3. Change your questions.

You have the power to change your approach to the questions you’re asking! Figure out how you can make the switch from trying to fix problems and put out fires to how you can leverage and maximize people’s strengths.

Referenced in the Show:

(Just FYI, some of these links may be affiliate links, which means if you make a purchase using the links I may receive some love in return!)

Sponsor Spotlight: Boss Mom Retreat

It’s coming ladies. Do you have your ticket yet?? If not, and you’re still on the fence, let me tell you just a little bit about the amazingness that will be happening in Charlotte, North Carolina later this year….

Think two days filled to the brim with amazing community, tons of time to gain clarity and work ON your business alongside tons of other badass boss moms, yummy food and drinks, a gorgeous event space, and…..YES, there will be a karaoke dance party. (Do I have you excited now?!)

We are already 1/3 of the way to being sold out, so don’t wait too long….grab your ticket today at boss-mom.com/retreat.

Connect with Dana

We love hearing from you!

If you’ve got a question about today’s episode or want to leave us some inbox love, you can email us at hello@boss-mom-sg.local. Or, you can always find Dana hanging out in her happy place, the Boss Mom Facebook Community. 

We would also LOVE it if you’d leave a podcast rating or review for us on iTunes! We know it can be kind of tricky to figure out, so here are a few step-by-step instructions on how to leave an iTunes rating or review for a podcast from your iPhone or iPad.

  1. Launch Apple’s Podcast app.
  2. Tap the Search tab.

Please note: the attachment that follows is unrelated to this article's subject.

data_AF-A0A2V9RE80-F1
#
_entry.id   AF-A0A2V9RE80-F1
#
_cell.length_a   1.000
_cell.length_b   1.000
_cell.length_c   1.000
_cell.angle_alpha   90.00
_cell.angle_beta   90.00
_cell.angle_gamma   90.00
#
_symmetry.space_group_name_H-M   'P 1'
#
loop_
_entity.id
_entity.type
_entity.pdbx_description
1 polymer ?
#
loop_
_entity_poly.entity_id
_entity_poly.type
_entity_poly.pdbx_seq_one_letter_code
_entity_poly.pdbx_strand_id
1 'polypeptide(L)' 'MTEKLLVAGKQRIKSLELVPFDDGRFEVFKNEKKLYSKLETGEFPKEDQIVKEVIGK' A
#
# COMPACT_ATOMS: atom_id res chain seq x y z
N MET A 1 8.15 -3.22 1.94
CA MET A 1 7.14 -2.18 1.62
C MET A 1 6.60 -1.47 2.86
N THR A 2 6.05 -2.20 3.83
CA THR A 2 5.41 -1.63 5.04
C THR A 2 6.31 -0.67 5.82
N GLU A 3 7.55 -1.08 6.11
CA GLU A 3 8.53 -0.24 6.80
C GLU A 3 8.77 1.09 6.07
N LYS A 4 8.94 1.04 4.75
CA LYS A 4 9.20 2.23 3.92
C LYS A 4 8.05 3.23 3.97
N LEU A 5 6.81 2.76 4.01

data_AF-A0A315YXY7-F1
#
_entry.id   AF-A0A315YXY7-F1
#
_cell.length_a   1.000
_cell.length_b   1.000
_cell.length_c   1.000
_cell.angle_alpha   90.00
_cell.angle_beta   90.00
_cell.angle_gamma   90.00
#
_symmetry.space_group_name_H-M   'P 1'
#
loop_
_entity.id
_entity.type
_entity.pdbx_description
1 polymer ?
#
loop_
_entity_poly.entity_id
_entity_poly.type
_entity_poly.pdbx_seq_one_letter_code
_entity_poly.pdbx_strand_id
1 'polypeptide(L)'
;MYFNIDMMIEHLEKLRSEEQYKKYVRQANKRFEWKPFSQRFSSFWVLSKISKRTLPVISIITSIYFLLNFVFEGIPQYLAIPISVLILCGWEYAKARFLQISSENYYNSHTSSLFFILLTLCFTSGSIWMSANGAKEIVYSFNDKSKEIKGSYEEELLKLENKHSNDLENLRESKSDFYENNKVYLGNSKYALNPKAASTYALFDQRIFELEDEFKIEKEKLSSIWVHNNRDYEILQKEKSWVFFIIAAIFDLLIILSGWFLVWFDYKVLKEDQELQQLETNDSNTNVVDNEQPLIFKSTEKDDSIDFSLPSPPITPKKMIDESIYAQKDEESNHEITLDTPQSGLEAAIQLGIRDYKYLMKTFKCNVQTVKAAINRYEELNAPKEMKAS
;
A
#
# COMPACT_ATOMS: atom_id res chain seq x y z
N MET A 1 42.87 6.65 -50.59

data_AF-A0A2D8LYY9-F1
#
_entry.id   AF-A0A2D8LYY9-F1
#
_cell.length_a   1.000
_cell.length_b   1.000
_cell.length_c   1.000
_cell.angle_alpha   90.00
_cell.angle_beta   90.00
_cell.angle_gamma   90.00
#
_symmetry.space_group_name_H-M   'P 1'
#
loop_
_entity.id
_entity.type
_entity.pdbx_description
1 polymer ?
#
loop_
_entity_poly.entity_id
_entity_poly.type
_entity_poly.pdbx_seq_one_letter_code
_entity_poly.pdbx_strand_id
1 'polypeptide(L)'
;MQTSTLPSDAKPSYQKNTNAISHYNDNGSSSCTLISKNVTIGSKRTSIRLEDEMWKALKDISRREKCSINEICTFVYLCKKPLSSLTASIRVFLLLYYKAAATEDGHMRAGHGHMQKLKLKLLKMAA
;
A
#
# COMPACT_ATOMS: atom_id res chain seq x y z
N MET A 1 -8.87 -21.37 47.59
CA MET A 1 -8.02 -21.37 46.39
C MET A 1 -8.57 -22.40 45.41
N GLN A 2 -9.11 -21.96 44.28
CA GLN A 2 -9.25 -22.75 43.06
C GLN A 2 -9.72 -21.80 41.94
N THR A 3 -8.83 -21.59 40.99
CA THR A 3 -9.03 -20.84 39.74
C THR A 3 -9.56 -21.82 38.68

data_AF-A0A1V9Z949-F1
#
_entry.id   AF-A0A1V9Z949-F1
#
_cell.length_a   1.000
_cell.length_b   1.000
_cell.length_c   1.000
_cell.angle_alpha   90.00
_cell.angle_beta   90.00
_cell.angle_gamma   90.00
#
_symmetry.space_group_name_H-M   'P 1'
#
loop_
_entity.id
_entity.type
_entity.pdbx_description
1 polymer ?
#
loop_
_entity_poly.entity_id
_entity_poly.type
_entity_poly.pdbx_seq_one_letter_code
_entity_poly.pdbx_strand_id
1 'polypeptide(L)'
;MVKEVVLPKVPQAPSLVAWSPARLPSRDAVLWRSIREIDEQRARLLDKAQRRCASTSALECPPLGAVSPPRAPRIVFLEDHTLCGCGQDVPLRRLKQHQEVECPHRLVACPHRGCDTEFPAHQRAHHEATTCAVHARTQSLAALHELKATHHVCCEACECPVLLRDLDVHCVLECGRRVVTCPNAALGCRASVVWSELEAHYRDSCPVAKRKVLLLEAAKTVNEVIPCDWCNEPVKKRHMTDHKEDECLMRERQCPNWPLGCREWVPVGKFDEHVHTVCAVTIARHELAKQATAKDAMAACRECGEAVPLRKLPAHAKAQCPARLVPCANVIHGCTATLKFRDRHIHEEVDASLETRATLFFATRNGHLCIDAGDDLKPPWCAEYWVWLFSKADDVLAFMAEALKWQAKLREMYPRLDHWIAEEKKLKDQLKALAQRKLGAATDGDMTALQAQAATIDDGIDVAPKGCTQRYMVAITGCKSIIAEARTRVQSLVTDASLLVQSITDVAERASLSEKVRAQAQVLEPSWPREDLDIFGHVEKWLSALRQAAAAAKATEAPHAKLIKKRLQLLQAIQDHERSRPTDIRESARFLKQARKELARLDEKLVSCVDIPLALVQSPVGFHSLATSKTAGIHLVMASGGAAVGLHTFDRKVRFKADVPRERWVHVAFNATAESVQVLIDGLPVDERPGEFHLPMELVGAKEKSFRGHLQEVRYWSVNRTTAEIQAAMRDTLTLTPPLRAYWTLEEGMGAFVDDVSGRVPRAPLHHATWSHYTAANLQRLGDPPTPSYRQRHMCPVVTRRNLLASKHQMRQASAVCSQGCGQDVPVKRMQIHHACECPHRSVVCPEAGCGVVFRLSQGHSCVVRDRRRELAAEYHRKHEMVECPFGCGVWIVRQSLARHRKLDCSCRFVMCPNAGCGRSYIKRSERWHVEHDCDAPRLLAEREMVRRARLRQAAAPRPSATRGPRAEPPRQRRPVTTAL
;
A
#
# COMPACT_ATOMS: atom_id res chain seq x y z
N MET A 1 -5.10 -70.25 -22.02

3. Enter the name of the podcast you want to rate or review.
  4. Tap the blue Search key at the bottom right.
  5. Tap the album art for the podcast.
  6. Tap the Reviews tab.
  7. Tap Write a Review at the bottom.
  8. Enter your iTunes password to login.
  9. Tap the Stars to leave a rating.
  10. Enter title text and content to leave a review.
  11. Tap Send.

Dana Malstaff

Dana Malstaff

Dana Malstaff is the Founder of Boss Mom and creator Nurture to Convert.
She is a mother, author, speaker, messaging strategist, podcaster, blind spot reducer, and movement maker. She believes that too many brilliant moms are struggling to figure out how to grow their business while balancing all that is required to be a good mom, partner, and woman. So many moms are trying to grow their business using trends that feel inauthentic and aren't realistic for their inconsistent schedules. She has helped thousands of women become known for their brain and not their dance moves

Leave a Comment

Your email address will not be published. Required fields are marked *

This site uses Akismet to reduce spam. Learn how your comment data is processed.